The first meeting of this season was last night. Present was chief executive Lee Hoos and his PA, the club’s head of community Neil Hart and the club’s new supporters liaison officer, Emily (I didn’t catch her last name). Among the ten or so supporters was former Burnley MP Peter Pike, from Clarets Trust, and Tony Scholes from Clarets Mad.

There was about half an hour picking over the minutes of the previous meeting, then we got on to the agenda proper. It was mainly tickets, so if you’re bored of hearing about them I recommend skipping down the page a bit.

Season tickets

First, some news. The club has sold 13,800 season tickets so far, with 825 left. The premium areas of the ground – the Bob Lord Stand and Longside upper central – are virtually sold out. About 12,300 were sold in the early bird period, so around 1,500 have been bought since they went back on sale. The club is confident the remaining 825 will be sold in the next few weeks.

This was our first time at the SCC, but prices had been discussed at the previous meeting. A rise of around £50 on early bird prices had been suggested and it was pointed out the price rises were much higher than this when they were eventually released, both in total price, cost per match and percentage terms. This wouldn’t be the first time I wondered what the point of the SCC was if the club didn’t listen to what the group suggested, or changed its mind afterwards.

The retainer

Inevitably, the issue of the retainer came up and the debate got pretty heated.

There were voices on either side of the argument and it was pointed out the early bird prices were extremely reasonable, especially with the payment plans on offer. However, others (including myself, representing NNN) argued that the retainer was alienating and had pitted fans against each other. Hoos denied the club had done this, although he himself used terms like “Premier League fans” on the radio, a line he is still sticking to.

Apparently he knows a Villa fan who is getting a season ticket at Turf Moor. One fan said the large rise in prices was “money grubbing” from the club. Hoos has this odd habit of leaning back on two legs of his chair when someone is having a go at him.

The club is still arguing that the retainer – now officially called a ‘voucher’ after the passionate and angry outcry – is the best way to encourage loyalty. I personally would argue it’s a form of bribery and that’s not the way to go about encouraging people to come and support the club.

Others noted the club’s communication of the prices/retainer was extremely confusing, pointing out it had to be rebranded as a voucher and a FAQ needed to be produced to address the problems. Hoos accepted the club handled that badly and took responsibility, saying he hadn’t been able to check the initial release as he was on a plane when it went out.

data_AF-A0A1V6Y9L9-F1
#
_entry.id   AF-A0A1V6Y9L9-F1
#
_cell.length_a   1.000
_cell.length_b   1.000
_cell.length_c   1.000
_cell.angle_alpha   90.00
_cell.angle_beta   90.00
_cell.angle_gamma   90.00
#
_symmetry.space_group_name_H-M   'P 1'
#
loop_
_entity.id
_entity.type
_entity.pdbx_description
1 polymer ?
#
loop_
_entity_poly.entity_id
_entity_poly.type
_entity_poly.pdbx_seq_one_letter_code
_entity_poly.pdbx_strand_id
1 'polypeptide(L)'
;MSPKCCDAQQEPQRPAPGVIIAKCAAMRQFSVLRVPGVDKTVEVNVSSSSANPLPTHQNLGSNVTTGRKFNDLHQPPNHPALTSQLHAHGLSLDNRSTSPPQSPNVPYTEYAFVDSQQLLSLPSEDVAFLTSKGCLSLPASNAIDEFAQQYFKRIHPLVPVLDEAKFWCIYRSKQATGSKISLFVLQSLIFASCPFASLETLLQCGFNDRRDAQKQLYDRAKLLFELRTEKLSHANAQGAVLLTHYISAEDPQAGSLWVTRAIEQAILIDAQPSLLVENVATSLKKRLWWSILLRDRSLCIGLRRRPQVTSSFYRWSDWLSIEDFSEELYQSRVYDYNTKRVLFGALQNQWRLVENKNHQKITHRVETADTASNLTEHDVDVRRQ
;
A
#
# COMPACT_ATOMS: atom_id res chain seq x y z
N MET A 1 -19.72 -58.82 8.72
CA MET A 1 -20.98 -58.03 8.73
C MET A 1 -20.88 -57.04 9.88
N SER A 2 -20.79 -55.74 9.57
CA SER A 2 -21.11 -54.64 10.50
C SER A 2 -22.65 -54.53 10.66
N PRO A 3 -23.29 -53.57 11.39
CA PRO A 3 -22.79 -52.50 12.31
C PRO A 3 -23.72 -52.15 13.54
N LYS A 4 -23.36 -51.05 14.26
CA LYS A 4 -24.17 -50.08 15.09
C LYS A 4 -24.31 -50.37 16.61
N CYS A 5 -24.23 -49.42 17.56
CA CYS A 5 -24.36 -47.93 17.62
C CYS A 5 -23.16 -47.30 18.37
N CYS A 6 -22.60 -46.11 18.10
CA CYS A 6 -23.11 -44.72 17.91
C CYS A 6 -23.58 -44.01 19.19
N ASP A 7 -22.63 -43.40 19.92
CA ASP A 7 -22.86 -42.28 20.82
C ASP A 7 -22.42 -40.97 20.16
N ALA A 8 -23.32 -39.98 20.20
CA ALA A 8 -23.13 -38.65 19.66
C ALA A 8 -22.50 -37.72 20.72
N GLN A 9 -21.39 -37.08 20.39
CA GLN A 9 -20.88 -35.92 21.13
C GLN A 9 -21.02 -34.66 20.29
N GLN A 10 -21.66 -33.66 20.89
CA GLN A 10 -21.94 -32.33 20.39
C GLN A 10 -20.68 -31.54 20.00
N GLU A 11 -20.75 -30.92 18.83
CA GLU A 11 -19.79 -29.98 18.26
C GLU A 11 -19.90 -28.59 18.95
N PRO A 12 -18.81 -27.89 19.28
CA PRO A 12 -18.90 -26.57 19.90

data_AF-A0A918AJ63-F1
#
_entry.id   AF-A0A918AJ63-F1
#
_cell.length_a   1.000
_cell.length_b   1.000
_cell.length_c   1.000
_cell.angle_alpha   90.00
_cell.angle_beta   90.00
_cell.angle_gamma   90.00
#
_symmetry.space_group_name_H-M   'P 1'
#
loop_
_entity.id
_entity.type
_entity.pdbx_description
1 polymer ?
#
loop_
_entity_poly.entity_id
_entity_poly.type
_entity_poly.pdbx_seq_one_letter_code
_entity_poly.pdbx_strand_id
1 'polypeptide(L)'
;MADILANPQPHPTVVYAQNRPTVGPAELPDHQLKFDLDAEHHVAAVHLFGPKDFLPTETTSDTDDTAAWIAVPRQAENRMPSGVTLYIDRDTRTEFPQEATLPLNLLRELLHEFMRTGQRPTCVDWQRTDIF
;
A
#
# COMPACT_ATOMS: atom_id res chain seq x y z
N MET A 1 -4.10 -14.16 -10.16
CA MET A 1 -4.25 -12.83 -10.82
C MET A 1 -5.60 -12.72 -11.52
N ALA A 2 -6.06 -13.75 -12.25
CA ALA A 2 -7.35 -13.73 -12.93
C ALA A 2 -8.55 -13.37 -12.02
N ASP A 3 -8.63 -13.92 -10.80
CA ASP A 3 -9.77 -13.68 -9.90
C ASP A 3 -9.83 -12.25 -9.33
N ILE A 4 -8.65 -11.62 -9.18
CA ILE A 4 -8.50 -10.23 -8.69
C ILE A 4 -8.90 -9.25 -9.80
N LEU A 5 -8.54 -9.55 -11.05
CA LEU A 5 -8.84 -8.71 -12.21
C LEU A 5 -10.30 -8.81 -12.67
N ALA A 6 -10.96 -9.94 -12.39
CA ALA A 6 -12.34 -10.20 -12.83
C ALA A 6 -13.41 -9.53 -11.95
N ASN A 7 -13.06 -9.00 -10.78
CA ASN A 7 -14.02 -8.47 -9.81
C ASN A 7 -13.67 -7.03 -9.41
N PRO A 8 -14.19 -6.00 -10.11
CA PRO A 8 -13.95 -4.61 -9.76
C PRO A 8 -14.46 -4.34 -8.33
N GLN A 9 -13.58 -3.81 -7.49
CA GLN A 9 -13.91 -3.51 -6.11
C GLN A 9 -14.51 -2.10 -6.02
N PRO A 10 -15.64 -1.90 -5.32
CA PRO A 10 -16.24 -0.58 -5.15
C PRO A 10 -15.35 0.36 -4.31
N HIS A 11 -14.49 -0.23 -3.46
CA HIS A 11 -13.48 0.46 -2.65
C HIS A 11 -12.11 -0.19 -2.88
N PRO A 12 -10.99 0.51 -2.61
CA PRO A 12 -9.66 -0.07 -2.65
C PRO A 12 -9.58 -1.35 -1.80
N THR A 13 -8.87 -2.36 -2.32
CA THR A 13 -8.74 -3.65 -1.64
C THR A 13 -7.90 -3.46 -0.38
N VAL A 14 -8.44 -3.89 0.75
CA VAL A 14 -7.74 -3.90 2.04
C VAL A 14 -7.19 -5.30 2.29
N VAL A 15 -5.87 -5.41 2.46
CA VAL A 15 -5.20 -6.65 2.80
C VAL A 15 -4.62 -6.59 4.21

It struck me and others as odd that such an important thing would get messed up so badly – surely a process is in place to stop this if the chief exec isn’t around to check everything. Hopefully the club has learned lessons from the debacle.

I asked whether the retainer idea had gone in front of a group like the SCC or any sort of fan panel. It hadn’t.

I asked if the club had seen the shitstorm coming. It hadn’t.

There’s no doubt that the communication of the ST prices generally, especially the retainer/voucher idea, was nothing short of appalling. It was pointed out by SCC attendees that the club then rushed out an announcement that next year’s early bird prices will be the same as this season’s. While an admirable move to commit to a price freeze so early, it looked like a desperate move to claw back some goodwill.

Hoos denied this was the case and claimed the intention was for that announcement to be made at the same time as the initial ST prices one. A fine mess all round. Hoos also said it hasn’t been decided whether the retainer (I refuse to call it anything else) would be in effect next season. It depends where we are.

Hoos got himself in a muddle trying to work out some percentage increase thing that made no sense to a layman like me anyway and a supporter had to point out that at the proposed walk-on prices (more on which later), ST holders who bought after the early bird period would only get one free game, in effect. Not much of an incentive if you don’t think you’ll be able to attend every match.

For example, with the Chelsea game being moved to Monday night for Sky, that makes travel difficult for a lot of supporters. It’s pretty much impossible to get out of Burnley on public transport after 10pm during the week – the last train to Leeds and the last bus to Manchester both leave before the game would be over.

As someone who was still on the fence about getting an ST (I really, really want one, though I think the retainer is truly diabolical and they’re generally overpriced), not being able to get home from the Chelsea game has made it an easy decision for me. It’ll be the pub and NNN Live for me this season.

Honestly, it didn’t really feel like the criticisms of the retainer and ST prices were getting through to Hoos. He said he’d already admitted the marketing of it had been poor to the board and seemed keen to draw a line under the matter. I suspect there’s underlying bad feeling been generated by this that will spring up as soon as we have a bad run of results. Someone messed up badly and that hasn’t been properly acknowledged yet.